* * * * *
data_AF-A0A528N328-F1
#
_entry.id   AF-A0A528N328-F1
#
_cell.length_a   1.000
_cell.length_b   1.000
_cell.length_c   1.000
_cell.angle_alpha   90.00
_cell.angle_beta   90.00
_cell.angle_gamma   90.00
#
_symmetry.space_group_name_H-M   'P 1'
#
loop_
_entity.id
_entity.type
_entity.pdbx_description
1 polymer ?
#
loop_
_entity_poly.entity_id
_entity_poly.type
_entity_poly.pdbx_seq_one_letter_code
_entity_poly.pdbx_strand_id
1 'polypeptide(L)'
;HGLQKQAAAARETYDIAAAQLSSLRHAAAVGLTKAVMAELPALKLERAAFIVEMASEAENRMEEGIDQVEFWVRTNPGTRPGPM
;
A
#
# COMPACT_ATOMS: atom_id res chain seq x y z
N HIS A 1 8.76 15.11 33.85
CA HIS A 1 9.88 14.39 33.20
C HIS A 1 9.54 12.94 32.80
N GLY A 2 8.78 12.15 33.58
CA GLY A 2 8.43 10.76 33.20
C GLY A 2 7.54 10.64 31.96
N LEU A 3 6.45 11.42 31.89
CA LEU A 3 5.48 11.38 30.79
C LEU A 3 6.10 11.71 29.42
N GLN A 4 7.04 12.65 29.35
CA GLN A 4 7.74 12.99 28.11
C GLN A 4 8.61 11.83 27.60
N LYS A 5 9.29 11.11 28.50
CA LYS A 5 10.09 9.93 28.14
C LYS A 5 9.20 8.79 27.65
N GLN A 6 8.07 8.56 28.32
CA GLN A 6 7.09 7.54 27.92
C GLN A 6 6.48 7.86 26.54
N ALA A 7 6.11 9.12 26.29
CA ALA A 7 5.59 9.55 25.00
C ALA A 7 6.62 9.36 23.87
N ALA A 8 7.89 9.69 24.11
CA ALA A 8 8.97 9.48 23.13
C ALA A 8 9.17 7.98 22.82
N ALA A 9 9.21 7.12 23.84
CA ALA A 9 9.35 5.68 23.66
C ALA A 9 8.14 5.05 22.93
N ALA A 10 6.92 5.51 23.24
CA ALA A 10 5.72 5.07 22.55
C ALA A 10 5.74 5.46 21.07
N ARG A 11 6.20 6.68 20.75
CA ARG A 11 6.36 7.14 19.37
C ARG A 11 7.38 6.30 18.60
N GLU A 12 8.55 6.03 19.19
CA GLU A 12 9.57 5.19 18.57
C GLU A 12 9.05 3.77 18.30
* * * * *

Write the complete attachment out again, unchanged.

data_AF-A0A528N328-F1
#
_entry.id   AF-A0A528N328-F1
#
_cell.length_a   1.000
_cell.length_b   1.000
_cell.length_c   1.000
_cell.angle_alpha   90.00
_cell.angle_beta   90.00
_cell.angle_gamma   90.00
#
_symmetry.space_group_name_H-M   'P 1'
#
loop_
_entity.id
_entity.type
_entity.pdbx_description
1 polymer ?
#
loop_
_entity_poly.entity_id
_entity_poly.type
_entity_poly.pdbx_seq_one_letter_code
_entity_poly.pdbx_strand_id
1 'polypeptide(L)'
;HGLQKQAAAARETYDIAAAQLSSLRHAAAVGLTKAVMAELPALKLERAAFIVEMASEAENRMEEGIDQVEFWVRTNPGTRPGPM
;
A
#
# COMPACT_ATOMS: atom_id res chain seq x y z
N HIS A 1 8.76 15.11 33.85
CA HIS A 1 9.88 14.39 33.20
C HIS A 1 9.54 12.94 32.80
N GLY A 2 8.78 12.15 33.58
CA GLY A 2 8.43 10.76 33.20
C GLY A 2 7.54 10.64 31.96
N LEU A 3 6.45 11.42 31.89
CA LEU A 3 5.48 11.38 30.79
C LEU A 3 6.10 11.71 29.42
N GLN A 4 7.04 12.65 29.35
CA GLN A 4 7.74 12.99 28.11
C GLN A 4 8.61 11.83 27.60
N LYS A 5 9.29 11.11 28.50
CA LYS A 5 10.09 9.93 28.14
C LYS A 5 9.20 8.79 27.65
N GLN A 6 8.07 8.56 28.32
CA GLN A 6 7.09 7.54 27.92
C GLN A 6 6.48 7.86 26.54
N ALA A 7 6.11 9.12 26.29
CA ALA A 7 5.59 9.55 25.00
C ALA A 7 6.62 9.36 23.87
N ALA A 8 7.89 9.69 24.11
CA ALA A 8 8.97 9.48 23.13
C ALA A 8 9.17 7.98 22.82
N ALA A 9 9.21 7.12 23.84
CA ALA A 9 9.35 5.68 23.66
C ALA A 9 8.14 5.05 22.93
N ALA A 10 6.92 5.51 23.24
CA ALA A 10 5.72 5.07 22.55
C ALA A 10 5.74 5.46 21.07
N ARG A 11 6.20 6.68 20.75
CA ARG A 11 6.36 7.14 19.37
C ARG A 11 7.38 6.30 18.60
N GLU A 12 8.55 6.03 19.19
CA GLU A 12 9.57 5.19 18.57
C GLU A 12 9.05 3.77 18.30